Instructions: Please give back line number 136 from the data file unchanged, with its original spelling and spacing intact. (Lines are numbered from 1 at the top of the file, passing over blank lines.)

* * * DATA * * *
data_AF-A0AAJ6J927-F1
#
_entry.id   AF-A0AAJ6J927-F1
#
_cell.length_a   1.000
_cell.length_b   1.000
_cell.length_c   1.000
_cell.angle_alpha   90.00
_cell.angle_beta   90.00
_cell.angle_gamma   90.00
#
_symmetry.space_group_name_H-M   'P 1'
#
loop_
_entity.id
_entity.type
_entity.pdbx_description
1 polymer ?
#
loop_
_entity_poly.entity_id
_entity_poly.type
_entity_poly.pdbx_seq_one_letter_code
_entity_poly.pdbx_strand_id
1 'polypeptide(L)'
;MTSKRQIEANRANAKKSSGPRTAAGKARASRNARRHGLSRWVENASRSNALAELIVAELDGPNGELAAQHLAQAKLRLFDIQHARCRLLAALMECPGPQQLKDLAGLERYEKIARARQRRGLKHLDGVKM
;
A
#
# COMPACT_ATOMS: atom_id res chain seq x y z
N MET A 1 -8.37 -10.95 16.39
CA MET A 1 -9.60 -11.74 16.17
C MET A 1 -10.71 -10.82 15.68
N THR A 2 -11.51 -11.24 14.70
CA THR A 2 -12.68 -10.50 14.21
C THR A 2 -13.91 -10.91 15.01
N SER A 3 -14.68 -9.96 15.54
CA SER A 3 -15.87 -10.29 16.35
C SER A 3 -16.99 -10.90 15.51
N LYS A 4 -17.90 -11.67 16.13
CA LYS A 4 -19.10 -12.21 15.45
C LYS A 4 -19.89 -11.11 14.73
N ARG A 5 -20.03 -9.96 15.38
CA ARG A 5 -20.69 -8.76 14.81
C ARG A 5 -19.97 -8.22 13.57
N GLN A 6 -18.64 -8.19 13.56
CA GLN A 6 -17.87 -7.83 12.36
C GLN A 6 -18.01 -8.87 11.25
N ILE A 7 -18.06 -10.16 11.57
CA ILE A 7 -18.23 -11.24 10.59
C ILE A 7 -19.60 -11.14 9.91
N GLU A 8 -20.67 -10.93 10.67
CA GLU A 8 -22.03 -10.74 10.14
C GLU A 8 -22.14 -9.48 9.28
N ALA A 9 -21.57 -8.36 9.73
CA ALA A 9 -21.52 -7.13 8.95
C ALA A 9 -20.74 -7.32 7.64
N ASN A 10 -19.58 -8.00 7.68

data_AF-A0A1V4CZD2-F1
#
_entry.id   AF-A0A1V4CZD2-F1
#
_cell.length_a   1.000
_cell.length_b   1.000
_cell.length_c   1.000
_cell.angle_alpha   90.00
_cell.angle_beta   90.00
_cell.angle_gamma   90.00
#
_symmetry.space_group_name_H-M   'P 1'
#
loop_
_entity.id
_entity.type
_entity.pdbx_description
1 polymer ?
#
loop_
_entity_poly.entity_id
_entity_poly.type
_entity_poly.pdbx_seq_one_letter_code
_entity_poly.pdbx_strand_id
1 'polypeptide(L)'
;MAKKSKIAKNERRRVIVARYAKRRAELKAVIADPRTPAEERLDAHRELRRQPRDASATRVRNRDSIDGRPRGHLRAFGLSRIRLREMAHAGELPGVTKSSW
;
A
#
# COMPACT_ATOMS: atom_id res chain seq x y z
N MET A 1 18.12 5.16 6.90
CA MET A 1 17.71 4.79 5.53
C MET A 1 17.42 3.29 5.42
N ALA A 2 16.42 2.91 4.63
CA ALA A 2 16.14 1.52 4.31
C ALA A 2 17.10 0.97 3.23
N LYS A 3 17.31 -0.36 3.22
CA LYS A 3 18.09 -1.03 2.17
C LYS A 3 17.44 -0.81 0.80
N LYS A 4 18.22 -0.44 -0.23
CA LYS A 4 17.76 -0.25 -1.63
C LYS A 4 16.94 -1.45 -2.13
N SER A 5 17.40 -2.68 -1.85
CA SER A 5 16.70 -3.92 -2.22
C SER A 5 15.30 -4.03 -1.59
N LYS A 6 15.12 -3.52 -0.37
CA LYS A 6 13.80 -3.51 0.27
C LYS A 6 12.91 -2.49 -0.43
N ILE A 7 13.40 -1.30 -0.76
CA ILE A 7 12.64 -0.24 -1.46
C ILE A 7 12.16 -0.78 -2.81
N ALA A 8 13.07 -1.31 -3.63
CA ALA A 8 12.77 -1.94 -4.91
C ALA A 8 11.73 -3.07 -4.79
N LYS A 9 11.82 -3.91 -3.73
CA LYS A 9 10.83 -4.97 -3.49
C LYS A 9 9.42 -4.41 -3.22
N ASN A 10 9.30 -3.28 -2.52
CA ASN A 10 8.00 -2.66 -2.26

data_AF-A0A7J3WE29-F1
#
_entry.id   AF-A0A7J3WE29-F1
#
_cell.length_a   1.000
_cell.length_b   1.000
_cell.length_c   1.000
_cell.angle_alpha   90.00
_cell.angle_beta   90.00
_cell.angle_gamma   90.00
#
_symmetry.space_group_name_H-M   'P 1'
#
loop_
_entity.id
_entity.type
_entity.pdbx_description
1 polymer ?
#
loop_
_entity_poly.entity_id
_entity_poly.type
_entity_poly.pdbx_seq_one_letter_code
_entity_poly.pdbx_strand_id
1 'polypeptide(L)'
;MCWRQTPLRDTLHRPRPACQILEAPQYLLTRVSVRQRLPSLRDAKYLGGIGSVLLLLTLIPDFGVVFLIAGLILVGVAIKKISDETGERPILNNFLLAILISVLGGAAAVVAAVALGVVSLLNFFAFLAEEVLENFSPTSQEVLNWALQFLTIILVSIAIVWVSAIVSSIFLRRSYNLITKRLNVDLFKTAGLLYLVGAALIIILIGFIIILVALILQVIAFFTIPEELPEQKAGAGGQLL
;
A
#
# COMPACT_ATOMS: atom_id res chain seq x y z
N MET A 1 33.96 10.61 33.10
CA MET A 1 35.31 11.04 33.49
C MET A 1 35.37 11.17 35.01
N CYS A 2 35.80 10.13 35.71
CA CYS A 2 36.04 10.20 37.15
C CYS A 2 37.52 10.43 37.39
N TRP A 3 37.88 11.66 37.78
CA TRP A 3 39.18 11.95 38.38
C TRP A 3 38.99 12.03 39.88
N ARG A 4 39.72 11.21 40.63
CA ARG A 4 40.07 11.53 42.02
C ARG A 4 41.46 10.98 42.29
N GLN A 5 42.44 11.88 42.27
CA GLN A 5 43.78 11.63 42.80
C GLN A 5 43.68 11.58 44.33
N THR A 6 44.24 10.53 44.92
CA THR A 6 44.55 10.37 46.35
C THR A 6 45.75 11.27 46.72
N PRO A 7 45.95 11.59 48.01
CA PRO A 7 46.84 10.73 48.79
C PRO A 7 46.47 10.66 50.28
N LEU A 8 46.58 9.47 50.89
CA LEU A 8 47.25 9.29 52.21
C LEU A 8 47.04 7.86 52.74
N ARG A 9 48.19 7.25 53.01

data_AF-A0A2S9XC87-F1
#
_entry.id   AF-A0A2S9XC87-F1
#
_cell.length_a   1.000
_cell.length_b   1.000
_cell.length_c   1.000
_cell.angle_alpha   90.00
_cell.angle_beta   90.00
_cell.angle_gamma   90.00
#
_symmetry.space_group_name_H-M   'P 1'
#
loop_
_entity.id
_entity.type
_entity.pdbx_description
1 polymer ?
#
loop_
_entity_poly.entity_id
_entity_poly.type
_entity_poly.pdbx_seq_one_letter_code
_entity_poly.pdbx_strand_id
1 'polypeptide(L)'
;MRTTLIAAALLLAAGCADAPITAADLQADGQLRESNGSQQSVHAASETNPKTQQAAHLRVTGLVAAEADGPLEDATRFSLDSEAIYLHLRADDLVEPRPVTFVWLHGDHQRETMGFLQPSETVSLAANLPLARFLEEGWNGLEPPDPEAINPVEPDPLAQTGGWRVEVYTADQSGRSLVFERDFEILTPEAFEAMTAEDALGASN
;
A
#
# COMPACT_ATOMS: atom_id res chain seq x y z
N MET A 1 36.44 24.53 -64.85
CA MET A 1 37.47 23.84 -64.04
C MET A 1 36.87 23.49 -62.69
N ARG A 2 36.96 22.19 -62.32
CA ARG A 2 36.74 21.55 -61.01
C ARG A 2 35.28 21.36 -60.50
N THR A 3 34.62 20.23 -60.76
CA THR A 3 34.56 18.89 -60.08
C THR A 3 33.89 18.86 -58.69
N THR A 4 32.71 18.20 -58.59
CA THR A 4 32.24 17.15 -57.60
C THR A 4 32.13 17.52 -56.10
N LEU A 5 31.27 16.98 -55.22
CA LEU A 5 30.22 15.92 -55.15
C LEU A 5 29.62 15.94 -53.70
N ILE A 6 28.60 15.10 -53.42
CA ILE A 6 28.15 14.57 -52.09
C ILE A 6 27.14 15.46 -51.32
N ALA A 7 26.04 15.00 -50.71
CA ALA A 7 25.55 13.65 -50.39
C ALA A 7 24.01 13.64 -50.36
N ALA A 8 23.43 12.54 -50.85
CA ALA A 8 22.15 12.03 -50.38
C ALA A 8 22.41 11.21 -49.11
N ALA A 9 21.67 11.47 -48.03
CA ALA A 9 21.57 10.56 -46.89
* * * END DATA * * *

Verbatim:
#